The rest of the masking was applied avoiding the destination board brackets:

post-3717-0-07248600-1492548024_thumb.jpg

Humbrol Maskol was painted on the exposed brackets and allowed to dry:

post-3717-0-24326300-1492548025_thumb.jpg

Masking of the lower panels completed the upper panels were grained then the upper waist panel masking removed and a thin was of the Orange Brown hand brushed along it:

post-3717-0-33148800-1492548026_thumb.jpg

And with the final masking removed ready for horizontal graining:

post-3717-0-52624400-1492548027_thumb.jpg

The upper panels were masked, but for some reason I did not leave the oil paint its usual length of time to dry - 8 hours instead of 24. As a result the tape reacted with the upper panels disfiguring them. Note also just how much the dry speckled primer finish has spoiled the teak effect:

post-3717-0-85196600-1492548028_thumb.jpg

Oh well back in the Isopropal Alcohol bath to strip it all off again!

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The underframe has its detailing added:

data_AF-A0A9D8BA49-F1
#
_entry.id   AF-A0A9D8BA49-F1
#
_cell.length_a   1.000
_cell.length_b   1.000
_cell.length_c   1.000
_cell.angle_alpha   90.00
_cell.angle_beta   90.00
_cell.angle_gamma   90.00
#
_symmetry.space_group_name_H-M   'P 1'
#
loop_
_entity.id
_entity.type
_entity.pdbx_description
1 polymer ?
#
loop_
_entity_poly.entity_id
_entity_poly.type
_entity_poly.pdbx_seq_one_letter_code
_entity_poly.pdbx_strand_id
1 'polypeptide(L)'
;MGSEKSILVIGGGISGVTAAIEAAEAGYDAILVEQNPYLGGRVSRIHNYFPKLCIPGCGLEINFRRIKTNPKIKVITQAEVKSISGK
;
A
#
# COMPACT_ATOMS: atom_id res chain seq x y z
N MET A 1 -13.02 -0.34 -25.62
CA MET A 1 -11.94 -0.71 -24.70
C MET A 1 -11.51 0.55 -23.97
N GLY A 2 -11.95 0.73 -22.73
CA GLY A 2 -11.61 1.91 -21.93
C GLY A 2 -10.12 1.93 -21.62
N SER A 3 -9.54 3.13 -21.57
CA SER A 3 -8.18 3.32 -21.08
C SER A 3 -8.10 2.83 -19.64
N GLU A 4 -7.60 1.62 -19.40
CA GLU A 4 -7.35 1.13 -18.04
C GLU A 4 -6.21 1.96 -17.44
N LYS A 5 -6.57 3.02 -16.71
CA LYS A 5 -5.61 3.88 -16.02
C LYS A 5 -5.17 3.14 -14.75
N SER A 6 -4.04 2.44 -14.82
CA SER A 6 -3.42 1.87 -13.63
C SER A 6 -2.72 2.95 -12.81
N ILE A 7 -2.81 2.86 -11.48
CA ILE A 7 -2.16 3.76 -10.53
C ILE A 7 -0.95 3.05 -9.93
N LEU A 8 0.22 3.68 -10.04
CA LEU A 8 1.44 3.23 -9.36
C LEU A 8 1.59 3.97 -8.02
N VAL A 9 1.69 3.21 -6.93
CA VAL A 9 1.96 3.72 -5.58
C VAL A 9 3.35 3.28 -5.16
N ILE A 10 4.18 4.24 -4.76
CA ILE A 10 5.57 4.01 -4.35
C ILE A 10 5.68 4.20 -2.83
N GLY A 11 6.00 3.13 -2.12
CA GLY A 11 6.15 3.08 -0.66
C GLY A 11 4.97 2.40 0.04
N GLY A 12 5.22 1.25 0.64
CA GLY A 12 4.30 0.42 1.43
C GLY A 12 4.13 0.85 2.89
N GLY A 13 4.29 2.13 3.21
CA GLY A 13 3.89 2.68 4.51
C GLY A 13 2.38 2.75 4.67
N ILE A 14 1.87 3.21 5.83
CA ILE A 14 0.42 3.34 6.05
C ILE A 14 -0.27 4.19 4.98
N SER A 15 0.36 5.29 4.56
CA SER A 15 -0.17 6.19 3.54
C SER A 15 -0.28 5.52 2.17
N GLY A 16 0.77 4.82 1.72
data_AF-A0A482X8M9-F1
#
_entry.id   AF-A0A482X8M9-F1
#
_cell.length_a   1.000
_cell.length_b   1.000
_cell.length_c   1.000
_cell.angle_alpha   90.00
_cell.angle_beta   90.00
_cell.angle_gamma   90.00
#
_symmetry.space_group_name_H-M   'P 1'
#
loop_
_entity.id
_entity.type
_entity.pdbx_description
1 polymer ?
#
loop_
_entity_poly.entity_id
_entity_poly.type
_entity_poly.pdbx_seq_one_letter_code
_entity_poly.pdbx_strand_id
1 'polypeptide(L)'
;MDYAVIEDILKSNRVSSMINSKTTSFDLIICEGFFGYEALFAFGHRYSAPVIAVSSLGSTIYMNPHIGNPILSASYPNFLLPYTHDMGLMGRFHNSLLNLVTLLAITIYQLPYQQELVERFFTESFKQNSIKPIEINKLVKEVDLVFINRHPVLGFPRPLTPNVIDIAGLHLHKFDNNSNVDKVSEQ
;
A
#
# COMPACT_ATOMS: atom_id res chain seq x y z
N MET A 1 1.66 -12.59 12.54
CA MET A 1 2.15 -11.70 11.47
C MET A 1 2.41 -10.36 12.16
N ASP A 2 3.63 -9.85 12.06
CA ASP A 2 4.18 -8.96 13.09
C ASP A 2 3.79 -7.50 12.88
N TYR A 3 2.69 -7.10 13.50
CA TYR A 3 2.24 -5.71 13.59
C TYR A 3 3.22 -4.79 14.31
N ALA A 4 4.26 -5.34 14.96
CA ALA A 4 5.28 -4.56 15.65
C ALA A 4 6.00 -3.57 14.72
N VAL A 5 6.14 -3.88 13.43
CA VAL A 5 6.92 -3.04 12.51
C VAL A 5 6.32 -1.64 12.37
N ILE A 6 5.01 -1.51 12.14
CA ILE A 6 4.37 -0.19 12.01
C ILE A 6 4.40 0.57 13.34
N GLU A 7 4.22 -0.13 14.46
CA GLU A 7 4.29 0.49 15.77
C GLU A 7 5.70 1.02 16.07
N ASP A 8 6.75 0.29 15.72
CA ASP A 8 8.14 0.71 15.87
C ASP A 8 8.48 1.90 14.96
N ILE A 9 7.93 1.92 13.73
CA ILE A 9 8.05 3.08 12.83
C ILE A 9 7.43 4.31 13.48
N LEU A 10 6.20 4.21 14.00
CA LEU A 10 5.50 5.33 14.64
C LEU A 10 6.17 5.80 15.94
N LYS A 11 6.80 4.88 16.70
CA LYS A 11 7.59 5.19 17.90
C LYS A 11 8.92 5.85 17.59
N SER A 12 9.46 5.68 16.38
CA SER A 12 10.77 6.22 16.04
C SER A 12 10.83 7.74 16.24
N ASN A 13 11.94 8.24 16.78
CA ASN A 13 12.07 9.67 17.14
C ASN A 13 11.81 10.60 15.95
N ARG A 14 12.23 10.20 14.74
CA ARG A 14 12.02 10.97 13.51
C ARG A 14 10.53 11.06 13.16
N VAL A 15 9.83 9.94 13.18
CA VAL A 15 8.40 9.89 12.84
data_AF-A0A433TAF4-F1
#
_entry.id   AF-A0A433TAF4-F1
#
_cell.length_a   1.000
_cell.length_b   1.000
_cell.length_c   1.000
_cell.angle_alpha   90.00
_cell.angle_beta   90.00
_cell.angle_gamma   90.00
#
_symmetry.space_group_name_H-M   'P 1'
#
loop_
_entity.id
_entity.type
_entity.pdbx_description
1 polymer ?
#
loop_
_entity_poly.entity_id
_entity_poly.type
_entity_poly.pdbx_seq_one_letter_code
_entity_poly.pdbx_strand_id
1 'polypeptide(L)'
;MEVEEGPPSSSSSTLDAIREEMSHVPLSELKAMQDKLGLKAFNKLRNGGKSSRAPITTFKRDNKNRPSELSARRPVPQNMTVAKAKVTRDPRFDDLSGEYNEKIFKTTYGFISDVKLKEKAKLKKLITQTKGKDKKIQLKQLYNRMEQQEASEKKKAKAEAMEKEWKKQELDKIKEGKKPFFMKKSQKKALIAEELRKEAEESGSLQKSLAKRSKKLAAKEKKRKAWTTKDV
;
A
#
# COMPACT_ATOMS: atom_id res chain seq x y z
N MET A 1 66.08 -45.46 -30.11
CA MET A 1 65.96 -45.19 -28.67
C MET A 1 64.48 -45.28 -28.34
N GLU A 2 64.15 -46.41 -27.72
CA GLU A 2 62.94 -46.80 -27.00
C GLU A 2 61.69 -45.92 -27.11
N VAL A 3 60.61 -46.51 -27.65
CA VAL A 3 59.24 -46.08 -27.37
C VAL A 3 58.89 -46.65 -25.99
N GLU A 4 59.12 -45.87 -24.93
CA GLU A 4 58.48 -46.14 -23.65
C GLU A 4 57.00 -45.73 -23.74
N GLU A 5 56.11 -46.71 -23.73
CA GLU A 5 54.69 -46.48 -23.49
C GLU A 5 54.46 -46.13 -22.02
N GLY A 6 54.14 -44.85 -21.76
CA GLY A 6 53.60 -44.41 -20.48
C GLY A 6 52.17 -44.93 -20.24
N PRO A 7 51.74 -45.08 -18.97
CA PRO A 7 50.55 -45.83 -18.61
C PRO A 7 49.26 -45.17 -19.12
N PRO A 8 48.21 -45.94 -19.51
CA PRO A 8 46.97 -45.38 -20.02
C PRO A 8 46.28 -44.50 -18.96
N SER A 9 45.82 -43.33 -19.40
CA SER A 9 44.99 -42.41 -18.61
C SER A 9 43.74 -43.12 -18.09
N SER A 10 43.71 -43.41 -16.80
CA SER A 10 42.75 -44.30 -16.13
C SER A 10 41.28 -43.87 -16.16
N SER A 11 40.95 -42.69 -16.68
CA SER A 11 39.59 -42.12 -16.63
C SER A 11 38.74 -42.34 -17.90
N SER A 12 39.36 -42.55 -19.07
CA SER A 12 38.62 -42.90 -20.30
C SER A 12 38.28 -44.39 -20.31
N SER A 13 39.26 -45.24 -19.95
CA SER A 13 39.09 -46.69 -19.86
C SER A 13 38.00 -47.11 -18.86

post-3717-0-47842500-1492548156_thumb.jpg

Attention can now turn to the interior moulding. As supplied the Guard's area has a partition not present in the prototype:

post-3717-0-86221900-1492548160_thumb.jpg

This cut away and subsequently tidied up:

post-3717-0-82227800-1492548161_thumb.jpg

Another difference from the previous coach is in the seat mouldings which have these strange projections on top of them. The interior partitions were "teaked" then the seats painted a dark red:

post-3717-0-37217500-1492548163_thumb.jpg

My partition detailing labels were applied and those strange projections overlapped. I really should have produced some 3rd class ones specifically by turning around the mirror 90 degrees and deleting the reading lights. Oh well too late now:

post-3717-0-93364800-1492548164_thumb.jpg

With the body back in its bare state the opportunity was taken to drill out the oversize torpedo vent holes to 2.5mm then lengths of Plastruct 2.5mm rod glued in:

post-3717-0-79915200-1492548165_thumb.jpg

They could now be filed down and redrilled:

post-3717-0-65163700-1492548166_thumb.jpg

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The whole teak painting process was redone. This time I used Humbrol Grey then White Acrylic Primer applied carefully to give a much finer finish. The Vallejo base colour was thinned with Klear resulting in a much smoother base for the graining. Details including the window frames were picked out in Humbrol Matt 62. Jumper cables picked out in black.